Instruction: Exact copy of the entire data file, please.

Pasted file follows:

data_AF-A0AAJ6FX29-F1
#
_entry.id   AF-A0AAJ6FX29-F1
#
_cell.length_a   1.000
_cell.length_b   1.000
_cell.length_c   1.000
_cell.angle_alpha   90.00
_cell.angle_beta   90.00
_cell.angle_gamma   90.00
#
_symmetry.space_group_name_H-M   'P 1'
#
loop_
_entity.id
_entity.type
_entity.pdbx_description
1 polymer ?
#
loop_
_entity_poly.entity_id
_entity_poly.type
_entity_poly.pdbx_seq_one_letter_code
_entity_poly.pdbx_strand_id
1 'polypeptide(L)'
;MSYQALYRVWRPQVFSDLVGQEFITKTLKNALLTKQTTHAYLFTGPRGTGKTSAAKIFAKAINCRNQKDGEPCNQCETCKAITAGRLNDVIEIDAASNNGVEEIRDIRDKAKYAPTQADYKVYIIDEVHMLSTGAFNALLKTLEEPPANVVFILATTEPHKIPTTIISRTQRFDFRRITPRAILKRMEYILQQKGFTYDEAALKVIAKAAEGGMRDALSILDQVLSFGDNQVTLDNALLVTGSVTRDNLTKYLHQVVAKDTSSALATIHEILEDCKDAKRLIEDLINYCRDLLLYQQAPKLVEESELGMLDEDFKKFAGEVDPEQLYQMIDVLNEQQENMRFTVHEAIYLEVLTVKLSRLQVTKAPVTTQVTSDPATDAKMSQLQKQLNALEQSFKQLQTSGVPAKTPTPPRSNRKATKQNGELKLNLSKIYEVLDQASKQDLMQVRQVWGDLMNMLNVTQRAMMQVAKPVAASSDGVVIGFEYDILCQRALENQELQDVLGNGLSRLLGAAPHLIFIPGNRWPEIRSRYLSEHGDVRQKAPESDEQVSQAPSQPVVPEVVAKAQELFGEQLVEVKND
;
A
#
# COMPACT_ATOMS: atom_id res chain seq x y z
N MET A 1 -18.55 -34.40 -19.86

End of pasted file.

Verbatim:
data_AF-A0AAJ6FX29-F1
#
_entry.id   AF-A0AAJ6FX29-F1
#
_cell.length_a   1.000
_cell.length_b   1.000
_cell.length_c   1.000
_cell.angle_alpha   90.00
_cell.angle_beta   90.00
_cell.angle_gamma   90.00
#
_symmetry.space_group_name_H-M   'P 1'
#
loop_
_entity.id
_entity.type
_entity.pdbx_description
1 polymer ?
#
loop_
_entity_poly.entity_id
_entity_poly.type
_entity_poly.pdbx_seq_one_letter_code
_entity_poly.pdbx_strand_id
1 'polypeptide(L)'
;MSYQALYRVWRPQVFSDLVGQEFITKTLKNALLTKQTTHAYLFTGPRGTGKTSAAKIFAKAINCRNQKDGEPCNQCETCKAITAGRLNDVIEIDAASNNGVEEIRDIRDKAKYAPTQADYKVYIIDEVHMLSTGAFNALLKTLEEPPANVVFILATTEPHKIPTTIISRTQRFDFRRITPRAILKRMEYILQQKGFTYDEAALKVIAKAAEGGMRDALSILDQVLSFGDNQVTLDNALLVTGSVTRDNLTKYLHQVVAKDTSSALATIHEILEDCKDAKRLIEDLINYCRDLLLYQQAPKLVEESELGMLDEDFKKFAGEVDPEQLYQMIDVLNEQQENMRFTVHEAIYLEVLTVKLSRLQVTKAPVTTQVTSDPATDAKMSQLQKQLNALEQSFKQLQTSGVPAKTPTPPRSNRKATKQNGELKLNLSKIYEVLDQASKQDLMQVRQVWGDLMNMLNVTQRAMMQVAKPVAASSDGVVIGFEYDILCQRALENQELQDVLGNGLSRLLGAAPHLIFIPGNRWPEIRSRYLSEHGDVRQKAPESDEQVSQAPSQPVVPEVVAKAQELFGEQLVEVKND
;
A
#
# COMPACT_ATOMS: atom_id res chain seq x y z
N MET A 1 -18.55 -34.40 -19.86